9.1.3. Local coordinate system#

While points and vectors are generally relatively easy to express in a given coordinate system, the orientation of a segment is more complex. For instance, to express the orientation of the upper arm, we explicitly need this information:

  • What is the initial, non-rotated orientation of the upper arm?

  • By how many degrees has it been rotated from its initial orientation?

  • Around which axes?

  • In what order?

The first step to answer these questions is to create a local coordinate system for the upper arm. This local coordinate system will be attached to the upper arm, and thus will move with it. To create such a coordinate system, we need to define where is the origin and orthonormal axes of the upper arm, in respect to the upper arm. In this example, we use the anatomical position as a reference to define this coordinate system (Fig. 9.3):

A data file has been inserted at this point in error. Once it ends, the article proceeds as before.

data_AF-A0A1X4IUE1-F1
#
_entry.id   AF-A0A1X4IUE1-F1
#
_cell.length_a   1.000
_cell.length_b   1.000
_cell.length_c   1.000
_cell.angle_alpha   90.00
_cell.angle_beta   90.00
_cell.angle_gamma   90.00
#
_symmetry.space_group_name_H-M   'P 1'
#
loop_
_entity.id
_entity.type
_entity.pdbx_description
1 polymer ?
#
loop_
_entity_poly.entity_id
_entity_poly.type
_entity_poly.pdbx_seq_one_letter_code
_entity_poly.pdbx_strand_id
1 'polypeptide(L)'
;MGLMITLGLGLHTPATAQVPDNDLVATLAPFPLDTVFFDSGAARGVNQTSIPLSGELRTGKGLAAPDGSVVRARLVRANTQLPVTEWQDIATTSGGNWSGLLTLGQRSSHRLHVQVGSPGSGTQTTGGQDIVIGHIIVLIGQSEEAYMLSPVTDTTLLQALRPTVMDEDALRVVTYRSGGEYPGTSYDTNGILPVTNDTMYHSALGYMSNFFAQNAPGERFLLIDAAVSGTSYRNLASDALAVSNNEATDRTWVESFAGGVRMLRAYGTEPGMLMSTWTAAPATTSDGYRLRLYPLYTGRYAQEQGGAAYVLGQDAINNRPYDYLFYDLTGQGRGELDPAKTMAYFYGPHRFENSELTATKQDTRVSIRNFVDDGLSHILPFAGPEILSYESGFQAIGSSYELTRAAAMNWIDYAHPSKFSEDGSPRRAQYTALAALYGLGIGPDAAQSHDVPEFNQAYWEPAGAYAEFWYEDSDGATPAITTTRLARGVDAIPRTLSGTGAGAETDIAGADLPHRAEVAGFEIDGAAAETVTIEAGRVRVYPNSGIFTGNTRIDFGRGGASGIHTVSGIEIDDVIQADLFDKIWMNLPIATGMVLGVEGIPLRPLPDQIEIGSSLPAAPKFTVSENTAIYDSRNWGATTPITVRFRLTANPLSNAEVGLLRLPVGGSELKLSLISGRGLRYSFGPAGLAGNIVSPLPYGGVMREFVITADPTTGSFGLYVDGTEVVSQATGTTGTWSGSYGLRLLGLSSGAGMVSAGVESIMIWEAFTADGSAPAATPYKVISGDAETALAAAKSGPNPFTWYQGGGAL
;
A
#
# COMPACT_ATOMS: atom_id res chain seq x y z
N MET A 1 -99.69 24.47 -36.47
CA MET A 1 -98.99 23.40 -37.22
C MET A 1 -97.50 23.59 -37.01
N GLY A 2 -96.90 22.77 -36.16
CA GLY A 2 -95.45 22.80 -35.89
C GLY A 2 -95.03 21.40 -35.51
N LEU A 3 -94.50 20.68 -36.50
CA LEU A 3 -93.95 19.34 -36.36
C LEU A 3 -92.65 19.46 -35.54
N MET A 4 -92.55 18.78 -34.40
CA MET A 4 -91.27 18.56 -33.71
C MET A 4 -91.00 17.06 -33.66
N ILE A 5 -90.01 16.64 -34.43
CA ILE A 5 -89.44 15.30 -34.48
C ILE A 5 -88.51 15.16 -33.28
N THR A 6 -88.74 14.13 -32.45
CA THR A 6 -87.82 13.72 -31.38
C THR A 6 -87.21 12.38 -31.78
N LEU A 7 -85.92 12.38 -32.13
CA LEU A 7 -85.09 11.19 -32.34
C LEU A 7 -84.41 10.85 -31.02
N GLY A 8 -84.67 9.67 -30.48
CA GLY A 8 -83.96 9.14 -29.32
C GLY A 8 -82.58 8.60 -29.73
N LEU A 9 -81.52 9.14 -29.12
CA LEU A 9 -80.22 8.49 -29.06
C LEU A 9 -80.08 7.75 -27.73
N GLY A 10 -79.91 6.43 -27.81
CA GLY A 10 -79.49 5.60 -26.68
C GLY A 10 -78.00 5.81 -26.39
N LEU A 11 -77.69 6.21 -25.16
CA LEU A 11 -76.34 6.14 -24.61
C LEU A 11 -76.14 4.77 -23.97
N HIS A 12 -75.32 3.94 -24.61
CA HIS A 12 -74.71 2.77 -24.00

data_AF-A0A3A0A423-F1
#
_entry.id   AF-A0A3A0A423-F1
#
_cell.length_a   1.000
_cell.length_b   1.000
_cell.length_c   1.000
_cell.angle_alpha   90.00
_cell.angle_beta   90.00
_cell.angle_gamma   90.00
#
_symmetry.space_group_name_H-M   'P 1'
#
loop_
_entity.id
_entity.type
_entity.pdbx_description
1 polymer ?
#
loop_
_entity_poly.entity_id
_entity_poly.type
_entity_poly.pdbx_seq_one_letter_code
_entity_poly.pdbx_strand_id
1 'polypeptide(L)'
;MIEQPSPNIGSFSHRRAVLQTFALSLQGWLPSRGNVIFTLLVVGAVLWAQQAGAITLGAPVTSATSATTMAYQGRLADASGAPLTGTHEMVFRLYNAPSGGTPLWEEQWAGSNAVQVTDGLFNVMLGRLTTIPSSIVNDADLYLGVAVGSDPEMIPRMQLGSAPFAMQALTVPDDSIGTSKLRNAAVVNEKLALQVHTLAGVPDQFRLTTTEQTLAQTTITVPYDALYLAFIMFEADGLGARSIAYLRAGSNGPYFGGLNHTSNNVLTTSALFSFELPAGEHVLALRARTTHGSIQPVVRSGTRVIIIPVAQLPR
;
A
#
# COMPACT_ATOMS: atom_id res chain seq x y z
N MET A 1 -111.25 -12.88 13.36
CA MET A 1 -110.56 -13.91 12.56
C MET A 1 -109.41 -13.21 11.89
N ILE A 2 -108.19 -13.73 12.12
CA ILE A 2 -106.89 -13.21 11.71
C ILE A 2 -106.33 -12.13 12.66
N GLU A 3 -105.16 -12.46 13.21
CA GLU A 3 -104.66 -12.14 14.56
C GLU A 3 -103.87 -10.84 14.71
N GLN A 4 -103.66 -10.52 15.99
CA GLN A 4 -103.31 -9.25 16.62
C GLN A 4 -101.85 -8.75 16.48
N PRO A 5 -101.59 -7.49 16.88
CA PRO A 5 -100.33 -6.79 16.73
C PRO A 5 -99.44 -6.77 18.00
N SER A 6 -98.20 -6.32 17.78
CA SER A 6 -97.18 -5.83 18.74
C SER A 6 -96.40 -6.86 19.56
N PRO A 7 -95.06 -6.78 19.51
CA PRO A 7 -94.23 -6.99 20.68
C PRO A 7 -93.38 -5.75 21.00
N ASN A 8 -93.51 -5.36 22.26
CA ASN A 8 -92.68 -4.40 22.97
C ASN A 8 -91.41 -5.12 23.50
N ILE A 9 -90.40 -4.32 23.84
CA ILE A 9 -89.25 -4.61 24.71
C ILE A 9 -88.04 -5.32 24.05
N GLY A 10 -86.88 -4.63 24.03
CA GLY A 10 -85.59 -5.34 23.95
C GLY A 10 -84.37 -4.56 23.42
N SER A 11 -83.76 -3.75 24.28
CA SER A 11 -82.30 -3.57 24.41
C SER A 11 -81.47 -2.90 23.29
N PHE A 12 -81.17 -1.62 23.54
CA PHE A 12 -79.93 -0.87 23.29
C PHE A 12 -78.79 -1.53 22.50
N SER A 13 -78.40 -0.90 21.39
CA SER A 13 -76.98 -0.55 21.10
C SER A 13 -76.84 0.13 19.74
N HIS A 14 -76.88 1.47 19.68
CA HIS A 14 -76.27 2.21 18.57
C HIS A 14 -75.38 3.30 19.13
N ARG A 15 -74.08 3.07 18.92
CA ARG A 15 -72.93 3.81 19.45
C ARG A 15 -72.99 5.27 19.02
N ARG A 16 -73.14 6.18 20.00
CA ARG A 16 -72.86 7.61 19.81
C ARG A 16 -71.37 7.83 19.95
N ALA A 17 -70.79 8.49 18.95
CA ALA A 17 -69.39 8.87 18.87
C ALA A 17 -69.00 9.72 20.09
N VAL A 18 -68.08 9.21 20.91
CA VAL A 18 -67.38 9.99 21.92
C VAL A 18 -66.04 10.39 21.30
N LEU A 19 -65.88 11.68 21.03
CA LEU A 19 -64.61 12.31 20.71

• The origin of the upper arm coordinate system is located at the shoulder;

  • Its x axis points forward;

  • Its y axis is aligned with the arm, pointing upward;

  • Its z axis points to the right.

Fig. 9.3 Local coordinate system of the upper arm.#

Now that we defined this local coordinate system, we can come back to the position of interest of Fig. 9.1. Look in Fig. 9.4 how the upper arm coordinate system is attached to the upper arm and thus moves with it.

Fig. 9.4 Expressing the position and orientation of the upper arm.#